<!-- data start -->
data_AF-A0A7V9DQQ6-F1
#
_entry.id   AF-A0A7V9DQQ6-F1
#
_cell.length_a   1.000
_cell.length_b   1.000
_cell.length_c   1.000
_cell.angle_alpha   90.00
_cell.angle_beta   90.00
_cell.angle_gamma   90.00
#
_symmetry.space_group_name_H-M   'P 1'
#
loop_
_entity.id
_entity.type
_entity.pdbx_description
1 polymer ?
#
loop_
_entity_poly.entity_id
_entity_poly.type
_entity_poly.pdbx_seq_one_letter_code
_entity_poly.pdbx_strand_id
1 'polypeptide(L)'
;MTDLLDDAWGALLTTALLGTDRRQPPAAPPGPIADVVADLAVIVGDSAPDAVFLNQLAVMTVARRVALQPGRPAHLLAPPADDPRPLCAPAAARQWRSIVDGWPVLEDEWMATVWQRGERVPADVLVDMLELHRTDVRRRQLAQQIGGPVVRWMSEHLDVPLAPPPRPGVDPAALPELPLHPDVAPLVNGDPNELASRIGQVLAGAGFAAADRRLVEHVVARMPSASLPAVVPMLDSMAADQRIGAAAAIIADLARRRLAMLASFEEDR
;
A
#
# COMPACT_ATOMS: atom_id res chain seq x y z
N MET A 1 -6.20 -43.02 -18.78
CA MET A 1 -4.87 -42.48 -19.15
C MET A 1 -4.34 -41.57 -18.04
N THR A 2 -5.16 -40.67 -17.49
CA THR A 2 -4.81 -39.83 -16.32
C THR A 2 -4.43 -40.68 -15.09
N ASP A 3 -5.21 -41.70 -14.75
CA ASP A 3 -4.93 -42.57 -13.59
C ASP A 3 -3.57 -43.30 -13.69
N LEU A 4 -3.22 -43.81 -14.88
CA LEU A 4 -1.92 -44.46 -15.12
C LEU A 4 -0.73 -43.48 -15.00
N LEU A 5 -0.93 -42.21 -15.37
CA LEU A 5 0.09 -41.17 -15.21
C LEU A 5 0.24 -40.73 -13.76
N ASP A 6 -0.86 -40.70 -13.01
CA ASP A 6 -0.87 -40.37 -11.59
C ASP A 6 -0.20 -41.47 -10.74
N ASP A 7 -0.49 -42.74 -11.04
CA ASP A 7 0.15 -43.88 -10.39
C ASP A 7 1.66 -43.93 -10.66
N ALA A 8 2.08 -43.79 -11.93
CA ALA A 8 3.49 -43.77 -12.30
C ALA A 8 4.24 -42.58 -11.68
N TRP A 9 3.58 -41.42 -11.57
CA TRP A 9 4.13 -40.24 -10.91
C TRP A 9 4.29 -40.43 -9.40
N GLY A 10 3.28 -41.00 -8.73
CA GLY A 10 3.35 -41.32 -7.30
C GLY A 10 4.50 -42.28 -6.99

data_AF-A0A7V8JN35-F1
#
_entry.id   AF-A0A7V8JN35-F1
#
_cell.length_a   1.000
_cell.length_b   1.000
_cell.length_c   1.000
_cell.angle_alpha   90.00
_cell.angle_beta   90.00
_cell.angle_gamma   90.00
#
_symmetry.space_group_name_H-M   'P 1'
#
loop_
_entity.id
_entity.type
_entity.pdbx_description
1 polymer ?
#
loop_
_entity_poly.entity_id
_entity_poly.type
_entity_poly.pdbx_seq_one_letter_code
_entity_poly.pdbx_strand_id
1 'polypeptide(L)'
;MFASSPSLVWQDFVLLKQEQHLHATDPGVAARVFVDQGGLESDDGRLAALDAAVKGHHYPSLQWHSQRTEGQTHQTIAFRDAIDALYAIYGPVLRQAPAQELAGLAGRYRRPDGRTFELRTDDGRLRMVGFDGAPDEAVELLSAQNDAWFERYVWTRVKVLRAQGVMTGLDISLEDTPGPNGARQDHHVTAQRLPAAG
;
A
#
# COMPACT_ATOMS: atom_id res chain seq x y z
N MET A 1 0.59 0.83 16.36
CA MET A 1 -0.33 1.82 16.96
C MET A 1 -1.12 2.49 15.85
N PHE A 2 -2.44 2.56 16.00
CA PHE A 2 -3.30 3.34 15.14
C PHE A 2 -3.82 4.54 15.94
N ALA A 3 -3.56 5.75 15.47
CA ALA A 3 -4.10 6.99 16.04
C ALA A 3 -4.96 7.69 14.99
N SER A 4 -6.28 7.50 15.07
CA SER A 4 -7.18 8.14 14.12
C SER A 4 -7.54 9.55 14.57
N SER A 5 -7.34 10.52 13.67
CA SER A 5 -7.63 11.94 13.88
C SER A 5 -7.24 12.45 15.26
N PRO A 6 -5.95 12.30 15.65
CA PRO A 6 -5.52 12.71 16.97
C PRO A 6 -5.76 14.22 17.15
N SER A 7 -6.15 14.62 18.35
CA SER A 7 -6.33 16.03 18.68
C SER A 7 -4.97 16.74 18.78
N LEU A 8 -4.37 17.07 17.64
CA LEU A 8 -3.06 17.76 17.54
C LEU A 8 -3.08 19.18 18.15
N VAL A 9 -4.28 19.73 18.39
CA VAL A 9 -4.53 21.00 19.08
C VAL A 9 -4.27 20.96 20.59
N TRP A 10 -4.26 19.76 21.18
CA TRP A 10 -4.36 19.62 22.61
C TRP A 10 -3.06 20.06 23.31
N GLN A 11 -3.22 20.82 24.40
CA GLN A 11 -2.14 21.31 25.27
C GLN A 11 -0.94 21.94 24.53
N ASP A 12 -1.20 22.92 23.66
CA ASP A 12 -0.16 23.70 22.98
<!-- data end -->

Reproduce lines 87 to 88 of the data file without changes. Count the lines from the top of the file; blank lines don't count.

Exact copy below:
;
A